Now that the season is over, the crew at Blue Jays from Away will take a look at the Blue Jays one by one and review how each player’s season went, whether he met expectations (or not) and look at how he fits into (what we think of) the Blue Jays’ plans going forward.
Our second review comes in the form of Brett Anderson, the once-promising lefty who made his debut in 2009 by tossing 175 1/3 innings with the Oakland A’s and putting up 3.5 fWAR (according to Fangraphs), getting himself a $12.5 million extension over four years (after just one big league season). From that point on, Anderson’s name was synonymous with injury. The injuries mounted and Anderson had only one complete season after 2009 and that was in 2015 with the Los Angeles Dodgers for whom he threw 180 1/3 innings with a 3.69 ERA and 1.33 WHIP.
Anderson started 2017 with the Chicago Cubs, coming off a 2016 season that began with back surgery and finished with four games over August and September and an 11.91 ERA. Paid $3.5 million for 2017 by the Cubs, Anderson started the year with two solid starts but had his hat handed to him (pun intended, keep reading) in his third outing, giving up six runs against Milwaukee. While he won his next outing, he lasted just 1 1/3 innings and 1/3 of an inning in his next two starts, giving up 12 runs overall before going on the DL. Trying to come back in Double-A Tennessee in July, he was released after six outings there and signed on with the the Blue Jays a month later, making his Buffalo debut on August 19.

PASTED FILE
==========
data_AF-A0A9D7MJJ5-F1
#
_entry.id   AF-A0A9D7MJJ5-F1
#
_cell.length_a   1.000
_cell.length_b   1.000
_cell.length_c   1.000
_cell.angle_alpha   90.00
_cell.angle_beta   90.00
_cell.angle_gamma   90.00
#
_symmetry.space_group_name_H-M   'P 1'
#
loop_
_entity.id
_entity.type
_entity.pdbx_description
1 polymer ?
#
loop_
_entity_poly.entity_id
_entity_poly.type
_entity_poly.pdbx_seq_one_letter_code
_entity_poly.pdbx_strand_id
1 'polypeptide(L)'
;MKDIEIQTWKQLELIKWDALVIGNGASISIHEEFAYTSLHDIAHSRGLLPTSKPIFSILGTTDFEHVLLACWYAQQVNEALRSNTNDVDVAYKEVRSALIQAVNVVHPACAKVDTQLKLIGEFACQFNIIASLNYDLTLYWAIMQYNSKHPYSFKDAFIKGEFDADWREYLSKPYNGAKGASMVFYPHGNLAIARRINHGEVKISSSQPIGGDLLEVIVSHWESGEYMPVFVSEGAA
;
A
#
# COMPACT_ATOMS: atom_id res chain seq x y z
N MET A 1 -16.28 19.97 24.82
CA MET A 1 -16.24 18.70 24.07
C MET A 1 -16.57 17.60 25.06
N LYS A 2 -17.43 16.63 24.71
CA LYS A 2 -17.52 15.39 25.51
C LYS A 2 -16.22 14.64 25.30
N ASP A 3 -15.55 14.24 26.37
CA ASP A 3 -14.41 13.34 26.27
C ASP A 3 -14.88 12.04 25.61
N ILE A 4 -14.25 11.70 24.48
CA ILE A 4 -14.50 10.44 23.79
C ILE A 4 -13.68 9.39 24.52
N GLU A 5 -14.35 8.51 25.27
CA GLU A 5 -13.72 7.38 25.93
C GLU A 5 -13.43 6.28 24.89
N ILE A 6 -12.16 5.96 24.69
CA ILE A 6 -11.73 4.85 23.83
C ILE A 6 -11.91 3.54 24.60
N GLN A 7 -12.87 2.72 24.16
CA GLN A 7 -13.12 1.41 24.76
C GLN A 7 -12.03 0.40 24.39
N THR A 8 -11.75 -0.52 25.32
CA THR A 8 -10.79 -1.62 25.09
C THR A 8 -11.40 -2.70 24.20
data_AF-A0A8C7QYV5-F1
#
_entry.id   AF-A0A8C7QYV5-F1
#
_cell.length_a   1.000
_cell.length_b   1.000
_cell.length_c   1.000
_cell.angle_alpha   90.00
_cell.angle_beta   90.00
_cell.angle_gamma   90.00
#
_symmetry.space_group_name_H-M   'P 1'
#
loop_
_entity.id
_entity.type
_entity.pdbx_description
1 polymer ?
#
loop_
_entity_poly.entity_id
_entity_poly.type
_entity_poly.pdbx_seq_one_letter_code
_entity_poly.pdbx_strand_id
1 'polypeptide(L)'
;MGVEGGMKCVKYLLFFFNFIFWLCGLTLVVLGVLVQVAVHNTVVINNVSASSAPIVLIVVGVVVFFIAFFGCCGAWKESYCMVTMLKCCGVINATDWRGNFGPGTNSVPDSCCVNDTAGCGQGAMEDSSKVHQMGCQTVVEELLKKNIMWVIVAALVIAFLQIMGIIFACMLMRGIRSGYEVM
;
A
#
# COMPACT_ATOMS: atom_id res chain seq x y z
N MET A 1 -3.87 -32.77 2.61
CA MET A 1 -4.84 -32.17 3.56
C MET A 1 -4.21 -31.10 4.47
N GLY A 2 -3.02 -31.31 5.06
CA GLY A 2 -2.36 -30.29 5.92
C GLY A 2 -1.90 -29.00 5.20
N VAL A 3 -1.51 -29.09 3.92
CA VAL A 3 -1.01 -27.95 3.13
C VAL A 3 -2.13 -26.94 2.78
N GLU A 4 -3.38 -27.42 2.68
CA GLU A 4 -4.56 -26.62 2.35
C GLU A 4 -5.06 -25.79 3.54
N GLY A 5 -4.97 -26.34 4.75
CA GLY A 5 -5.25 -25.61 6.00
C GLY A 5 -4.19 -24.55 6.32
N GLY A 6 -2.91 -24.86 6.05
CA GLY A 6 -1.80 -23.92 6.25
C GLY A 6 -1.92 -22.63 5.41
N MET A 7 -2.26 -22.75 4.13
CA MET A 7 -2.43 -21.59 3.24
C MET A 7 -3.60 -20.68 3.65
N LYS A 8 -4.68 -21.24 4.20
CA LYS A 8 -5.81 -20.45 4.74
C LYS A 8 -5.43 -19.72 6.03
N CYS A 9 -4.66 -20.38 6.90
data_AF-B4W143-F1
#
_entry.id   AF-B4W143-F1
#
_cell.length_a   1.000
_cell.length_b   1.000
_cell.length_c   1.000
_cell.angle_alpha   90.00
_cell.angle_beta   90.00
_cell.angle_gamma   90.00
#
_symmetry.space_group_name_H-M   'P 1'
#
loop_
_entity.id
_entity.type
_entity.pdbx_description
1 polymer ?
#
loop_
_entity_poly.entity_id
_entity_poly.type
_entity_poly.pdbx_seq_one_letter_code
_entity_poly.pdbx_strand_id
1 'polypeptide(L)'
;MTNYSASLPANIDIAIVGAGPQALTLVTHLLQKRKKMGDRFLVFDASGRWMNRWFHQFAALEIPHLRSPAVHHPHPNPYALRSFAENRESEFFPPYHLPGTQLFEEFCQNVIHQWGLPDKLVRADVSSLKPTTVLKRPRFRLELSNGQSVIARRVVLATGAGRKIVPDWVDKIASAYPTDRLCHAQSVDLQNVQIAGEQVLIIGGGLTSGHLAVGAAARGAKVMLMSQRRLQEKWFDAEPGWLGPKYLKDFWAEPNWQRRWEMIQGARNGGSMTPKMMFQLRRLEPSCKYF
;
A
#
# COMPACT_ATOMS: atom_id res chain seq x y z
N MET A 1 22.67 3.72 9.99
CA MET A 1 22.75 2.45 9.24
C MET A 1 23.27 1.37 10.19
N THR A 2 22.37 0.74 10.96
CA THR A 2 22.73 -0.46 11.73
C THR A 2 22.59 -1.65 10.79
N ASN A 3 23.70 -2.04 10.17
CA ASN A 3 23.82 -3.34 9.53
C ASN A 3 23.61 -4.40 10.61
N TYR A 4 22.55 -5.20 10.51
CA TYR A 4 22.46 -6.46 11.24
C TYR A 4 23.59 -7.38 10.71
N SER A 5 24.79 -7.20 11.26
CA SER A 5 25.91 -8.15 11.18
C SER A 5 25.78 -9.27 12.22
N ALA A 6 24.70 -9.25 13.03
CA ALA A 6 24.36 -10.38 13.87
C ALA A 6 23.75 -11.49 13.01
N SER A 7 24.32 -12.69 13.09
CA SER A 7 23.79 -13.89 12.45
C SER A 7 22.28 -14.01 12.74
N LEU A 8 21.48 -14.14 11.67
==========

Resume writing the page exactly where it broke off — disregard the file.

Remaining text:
In two starts with Buffalo, Anderson allowed only one run on four hits and two walks over 9 2/3 innings before he was promoted to Toronto to plug a hole in the starting rotation and he stuck around for the rest of the season, taking the ball every fifth day. While he started and finished on a strong note (5 2/3 IP, 1 R, 6 H, 3 K on August 29, 5 IP, 3 H, 3 K on October 1), he had a really rough outing on September 20 (1 1/3 IP, 8 R, 7 H, 2 BB) that statistically drowned out the rest of his solid work with Toronto. That start, however, caused Anderson to tear up his hat, apparently using his teeth to help get the job started.
Yes, the 5.13 ERA over 33 1/3 innings is rather high, as is the 1.44 WHIP (more on the “average” part of the spectrum), Anderson had a very good 6.4 % walk rate and a somewhat-low 15.7% strikeout rate but he got a very respectable 48.6% of his contact on the ground.
If a quality start is six innings pitched with three runs allowed or fewer, two of Anderson’s seven starts would be of “quality” although he only allowed one run in 5 2/3 innings in his first one and threw five scoreless innings in his last. He gave up more than three runs just once (the eight-run game) and went between five and six innings in all of his starts but two. Baseball Reference gives him a 0.3 rWAR for his time as a Blue Jay while Fangraphs is more generous, giving him 0.6fWAR.
Could the Blue Jays try to sign Anderson for 2018? It might not be a bad idea depending on how the budget shakes out. He could be a decent lefty who could provide some innings (if he stays healthy) on a one-year deal. He’s obviously going to be motivated and a similar, $3.5-million deal to the one he got last year from Chicago would be a sound investment in my mind, particularly if it was loaded with incentives. The big question is whether his solid time in Toronto was enough for him to bring in either a) more money for a guaranteed one-year deal, or b) a multi-year deal. If either is the case, I wouldn’t be surprised if the Jays look for someone with a track record of better durability.
Anderson is a free agent.
Regular Season Grades
Jay Blue: C
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